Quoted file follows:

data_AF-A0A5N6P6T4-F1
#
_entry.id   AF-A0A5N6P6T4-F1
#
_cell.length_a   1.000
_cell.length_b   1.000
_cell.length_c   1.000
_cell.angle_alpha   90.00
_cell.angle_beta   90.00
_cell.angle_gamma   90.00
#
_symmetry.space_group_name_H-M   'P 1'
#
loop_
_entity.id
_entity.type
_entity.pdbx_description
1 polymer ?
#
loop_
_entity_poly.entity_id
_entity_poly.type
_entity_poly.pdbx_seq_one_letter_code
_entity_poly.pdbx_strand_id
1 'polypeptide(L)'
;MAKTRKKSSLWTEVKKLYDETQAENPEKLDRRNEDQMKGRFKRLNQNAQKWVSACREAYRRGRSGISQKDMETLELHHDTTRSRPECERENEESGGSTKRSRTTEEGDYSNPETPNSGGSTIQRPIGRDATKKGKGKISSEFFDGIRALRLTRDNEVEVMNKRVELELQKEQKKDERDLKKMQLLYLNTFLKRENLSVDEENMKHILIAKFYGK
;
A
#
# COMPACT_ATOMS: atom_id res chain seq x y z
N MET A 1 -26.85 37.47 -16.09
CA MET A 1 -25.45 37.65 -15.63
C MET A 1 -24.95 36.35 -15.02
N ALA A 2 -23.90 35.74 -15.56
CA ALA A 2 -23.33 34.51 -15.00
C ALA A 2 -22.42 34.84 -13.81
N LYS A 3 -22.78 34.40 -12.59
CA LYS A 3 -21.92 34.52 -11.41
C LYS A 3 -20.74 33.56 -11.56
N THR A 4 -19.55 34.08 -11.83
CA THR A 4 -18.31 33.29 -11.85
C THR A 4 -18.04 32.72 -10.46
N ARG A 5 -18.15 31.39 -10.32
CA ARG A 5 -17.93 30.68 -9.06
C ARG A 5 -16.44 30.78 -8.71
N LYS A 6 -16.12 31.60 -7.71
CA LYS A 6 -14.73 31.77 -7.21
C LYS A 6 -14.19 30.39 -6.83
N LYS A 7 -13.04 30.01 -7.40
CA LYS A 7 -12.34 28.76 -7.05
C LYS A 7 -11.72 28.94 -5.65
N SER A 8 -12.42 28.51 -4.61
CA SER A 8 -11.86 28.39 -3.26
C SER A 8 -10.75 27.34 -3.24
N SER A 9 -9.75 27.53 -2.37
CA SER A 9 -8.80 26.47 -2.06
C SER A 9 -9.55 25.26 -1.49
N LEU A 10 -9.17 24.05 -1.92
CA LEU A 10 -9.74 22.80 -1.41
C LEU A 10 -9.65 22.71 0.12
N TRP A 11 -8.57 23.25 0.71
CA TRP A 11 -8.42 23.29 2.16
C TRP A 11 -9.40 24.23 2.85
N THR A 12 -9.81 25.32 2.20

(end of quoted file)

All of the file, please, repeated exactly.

data_AF-A0A5N6P6T4-F1
#
_entry.id   AF-A0A5N6P6T4-F1
#
_cell.length_a   1.000
_cell.length_b   1.000
_cell.length_c   1.000
_cell.angle_alpha   90.00
_cell.angle_beta   90.00
_cell.angle_gamma   90.00
#
_symmetry.space_group_name_H-M   'P 1'
#
loop_
_entity.id
_entity.type
_entity.pdbx_description
1 polymer ?
#
loop_
_entity_poly.entity_id
_entity_poly.type
_entity_poly.pdbx_seq_one_letter_code
_entity_poly.pdbx_strand_id
1 'polypeptide(L)'
;MAKTRKKSSLWTEVKKLYDETQAENPEKLDRRNEDQMKGRFKRLNQNAQKWVSACREAYRRGRSGISQKDMETLELHHDTTRSRPECERENEESGGSTKRSRTTEEGDYSNPETPNSGGSTIQRPIGRDATKKGKGKISSEFFDGIRALRLTRDNEVEVMNKRVELELQKEQKKDERDLKKMQLLYLNTFLKRENLSVDEENMKHILIAKFYGK
;
A
#
# COMPACT_ATOMS: atom_id res chain seq x y z
N MET A 1 -26.85 37.47 -16.09
CA MET A 1 -25.45 37.65 -15.63
C MET A 1 -24.95 36.35 -15.02
N ALA A 2 -23.90 35.74 -15.56
CA ALA A 2 -23.33 34.51 -15.00
C ALA A 2 -22.42 34.84 -13.81
N LYS A 3 -22.78 34.40 -12.59
CA LYS A 3 -21.92 34.52 -11.41
C LYS A 3 -20.74 33.56 -11.56
N THR A 4 -19.55 34.08 -11.83
CA THR A 4 -18.31 33.29 -11.85
C THR A 4 -18.04 32.72 -10.46
N ARG A 5 -18.15 31.39 -10.32
CA ARG A 5 -17.93 30.68 -9.06
C ARG A 5 -16.44 30.78 -8.71
N LYS A 6 -16.12 31.60 -7.71
CA LYS A 6 -14.73 31.77 -7.21
C LYS A 6 -14.19 30.39 -6.83
N LYS A 7 -13.04 30.01 -7.40
CA LYS A 7 -12.34 28.76 -7.05
C LYS A 7 -11.72 28.94 -5.65
N SER A 8 -12.42 28.51 -4.61
CA SER A 8 -11.86 28.39 -3.26
C SER A 8 -10.75 27.34 -3.24
N SER A 9 -9.75 27.53 -2.37
CA SER A 9 -8.80 26.47 -2.06
C SER A 9 -9.55 25.26 -1.49
N LEU A 10 -9.17 24.05 -1.92
CA LEU A 10 -9.74 22.80 -1.41
C LEU A 10 -9.65 22.71 0.12
N TRP A 11 -8.57 23.25 0.71
CA TRP A 11 -8.42 23.29 2.16
C TRP A 11 -9.40 24.23 2.85
N THR A 12 -9.81 25.32 2.20